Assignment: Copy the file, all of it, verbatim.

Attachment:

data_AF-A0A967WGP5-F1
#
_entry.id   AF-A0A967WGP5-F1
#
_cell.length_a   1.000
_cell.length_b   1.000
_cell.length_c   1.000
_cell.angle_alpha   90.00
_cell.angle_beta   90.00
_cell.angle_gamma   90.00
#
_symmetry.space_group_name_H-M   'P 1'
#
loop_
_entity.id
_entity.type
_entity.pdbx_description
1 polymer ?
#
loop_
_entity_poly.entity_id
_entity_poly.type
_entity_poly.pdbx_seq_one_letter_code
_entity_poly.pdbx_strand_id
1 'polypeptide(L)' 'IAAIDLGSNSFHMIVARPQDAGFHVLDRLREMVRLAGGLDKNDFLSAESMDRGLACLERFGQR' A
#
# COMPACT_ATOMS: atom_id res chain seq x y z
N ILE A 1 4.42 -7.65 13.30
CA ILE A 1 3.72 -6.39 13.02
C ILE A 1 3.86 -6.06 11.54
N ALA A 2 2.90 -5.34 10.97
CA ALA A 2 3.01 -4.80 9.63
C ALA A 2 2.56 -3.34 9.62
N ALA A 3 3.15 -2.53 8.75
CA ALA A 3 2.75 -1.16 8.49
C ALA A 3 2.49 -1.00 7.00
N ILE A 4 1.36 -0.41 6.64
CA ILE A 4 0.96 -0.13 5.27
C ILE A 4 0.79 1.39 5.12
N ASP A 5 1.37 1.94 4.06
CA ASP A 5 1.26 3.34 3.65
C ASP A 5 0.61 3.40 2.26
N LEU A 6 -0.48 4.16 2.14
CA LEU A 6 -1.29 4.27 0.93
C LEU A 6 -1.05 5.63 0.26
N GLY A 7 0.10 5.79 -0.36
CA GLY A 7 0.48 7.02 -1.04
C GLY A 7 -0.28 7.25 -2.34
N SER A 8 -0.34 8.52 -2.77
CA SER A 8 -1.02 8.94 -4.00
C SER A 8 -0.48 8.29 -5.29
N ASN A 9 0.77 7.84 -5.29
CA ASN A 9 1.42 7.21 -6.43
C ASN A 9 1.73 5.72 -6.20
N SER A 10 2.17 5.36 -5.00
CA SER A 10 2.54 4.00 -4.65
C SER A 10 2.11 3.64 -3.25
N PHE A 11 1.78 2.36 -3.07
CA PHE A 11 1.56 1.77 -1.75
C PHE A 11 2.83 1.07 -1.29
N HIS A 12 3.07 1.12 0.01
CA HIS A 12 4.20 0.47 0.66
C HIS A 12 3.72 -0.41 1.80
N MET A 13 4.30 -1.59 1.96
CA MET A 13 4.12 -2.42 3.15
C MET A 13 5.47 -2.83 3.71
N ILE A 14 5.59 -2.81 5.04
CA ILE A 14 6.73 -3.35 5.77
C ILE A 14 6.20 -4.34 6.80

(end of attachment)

data_AF-A0A967WGP5-F1
#
_entry.id   AF-A0A967WGP5-F1
#
_cell.length_a   1.000
_cell.length_b   1.000
_cell.length_c   1.000
_cell.angle_alpha   90.00
_cell.angle_beta   90.00
_cell.angle_gamma   90.00
#
_symmetry.space_group_name_H-M   'P 1'
#
loop_
_entity.id
_entity.type
_entity.pdbx_description
1 polymer ?
#
loop_
_entity_poly.entity_id
_entity_poly.type
_entity_poly.pdbx_seq_one_letter_code
_entity_poly.pdbx_strand_id
1 'polypeptide(L)' 'IAAIDLGSNSFHMIVARPQDAGFHVLDRLREMVRLAGGLDKNDFLSAESMDRGLACLERFGQR' A
#
# COMPACT_ATOMS: atom_id res chain seq x y z
N ILE A 1 4.42 -7.65 13.30
CA ILE A 1 3.72 -6.39 13.02
C ILE A 1 3.86 -6.06 11.54
N ALA A 2 2.90 -5.34 10.97
CA ALA A 2 3.01 -4.80 9.63
C ALA A 2 2.56 -3.34 9.62
N ALA A 3 3.15 -2.53 8.75
CA ALA A 3 2.75 -1.16 8.49
C ALA A 3 2.49 -1.00 7.00
N ILE A 4 1.36 -0.41 6.64
CA ILE A 4 0.96 -0.13 5.27
C ILE A 4 0.79 1.39 5.12
N ASP A 5 1.37 1.94 4.06
CA ASP A 5 1.26 3.34 3.65
C ASP A 5 0.61 3.40 2.26
N LEU A 6 -0.48 4.16 2.14
CA LEU A 6 -1.29 4.27 0.93
C LEU A 6 -1.05 5.63 0.26
N GLY A 7 0.10 5.79 -0.36
CA GLY A 7 0.48 7.02 -1.04
C GLY A 7 -0.28 7.25 -2.34
N SER A 8 -0.34 8.52 -2.77
CA SER A 8 -1.02 8.94 -4.00
C SER A 8 -0.48 8.29 -5.29
N ASN A 9 0.77 7.84 -5.29
CA ASN A 9 1.42 7.21 -6.43
C ASN A 9 1.73 5.72 -6.20
N SER A 10 2.17 5.36 -5.00
CA SER A 10 2.54 4.00 -4.65
C SER A 10 2.11 3.64 -3.25
N PHE A 11 1.78 2.36 -3.07
CA PHE A 11 1.56 1.77 -1.75
C PHE A 11 2.83 1.07 -1.29
N HIS A 12 3.07 1.12 0.01
CA HIS A 12 4.20 0.47 0.66
C HIS A 12 3.72 -0.41 1.80
N MET A 13 4.30 -1.59 1.96
CA MET A 13 4.12 -2.42 3.15
C MET A 13 5.47 -2.83 3.71
N ILE A 14 5.59 -2.81 5.04
CA ILE A 14 6.73 -3.35 5.77
C ILE A 14 6.20 -4.34 6.80